Illinois Senate Takes ‘Half-Step’ Toward Reducing HIV Vertical Transmission, Chicago Tribune Editorial Says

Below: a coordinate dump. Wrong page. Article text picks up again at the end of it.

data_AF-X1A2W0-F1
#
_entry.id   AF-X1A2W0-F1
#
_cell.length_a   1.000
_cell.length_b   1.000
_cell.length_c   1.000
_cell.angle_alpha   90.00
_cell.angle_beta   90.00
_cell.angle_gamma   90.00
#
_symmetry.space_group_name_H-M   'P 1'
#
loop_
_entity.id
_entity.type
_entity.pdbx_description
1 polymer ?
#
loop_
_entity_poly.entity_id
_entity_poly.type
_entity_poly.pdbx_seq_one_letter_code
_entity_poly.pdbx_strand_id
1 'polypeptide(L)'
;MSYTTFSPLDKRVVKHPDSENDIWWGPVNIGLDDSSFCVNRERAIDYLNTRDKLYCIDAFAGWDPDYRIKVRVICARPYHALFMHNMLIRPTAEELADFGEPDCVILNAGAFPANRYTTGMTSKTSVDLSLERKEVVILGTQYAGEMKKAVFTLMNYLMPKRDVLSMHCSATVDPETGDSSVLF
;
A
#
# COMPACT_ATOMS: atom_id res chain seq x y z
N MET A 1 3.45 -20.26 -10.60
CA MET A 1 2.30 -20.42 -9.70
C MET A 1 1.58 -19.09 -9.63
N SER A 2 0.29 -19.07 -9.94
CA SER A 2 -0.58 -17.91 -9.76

The Illinois Senate has taken a "half-step" toward reducing mother-to-child HIV transmission by considering a bill (SB 263) that would require health care professionals to provide pregnant women with HIV counseling and voluntary testing, a Chicago Tribune editorial says (Chicago Tribune, 5/1). The bill, which has already passed the Senate and is expected to be considered in the House soon, would require that any pregnant woman who decides to be tested for HIV sign an informed consent form before undergoing the test, a system otherwise known as "opt-in" testing. However, under the measure, infants born to women whose HIV status is not known would automatically be tested for the virus, unless the mother signed a form to "opt-out" of the infant testing (Kaiser Daily HIV/AIDS Report, 4/22). However, "the impact of the legislation is likely to be modest" because women can still refuse the test, the editorial says. If doctors are "too busy or too insensitive" to provide adequate counseling, the requirements "could turn out to be a complete dud," the editorial states. However, if properly administered, the counseling provision "is likely to have the greater impact," as it could change high-risk behavior and prompt a young woman who became pregnant through unprotected sex from contracting HIV in the future, the Tribune says. The editorial concludes, "To make a more serious dent in the spread of HIV/AIDS ... legislators will have to tackle issues such as teenage sex, condom distribution, needle-exchange programs -- and in all likelihood, they will have to revisit the routine testing of newborn babes" (Chicago Tribune, 5/1).This is part of the KHN Morning Briefing, a summary of health policy coverage from major news organizations. Sign up for an email subscription.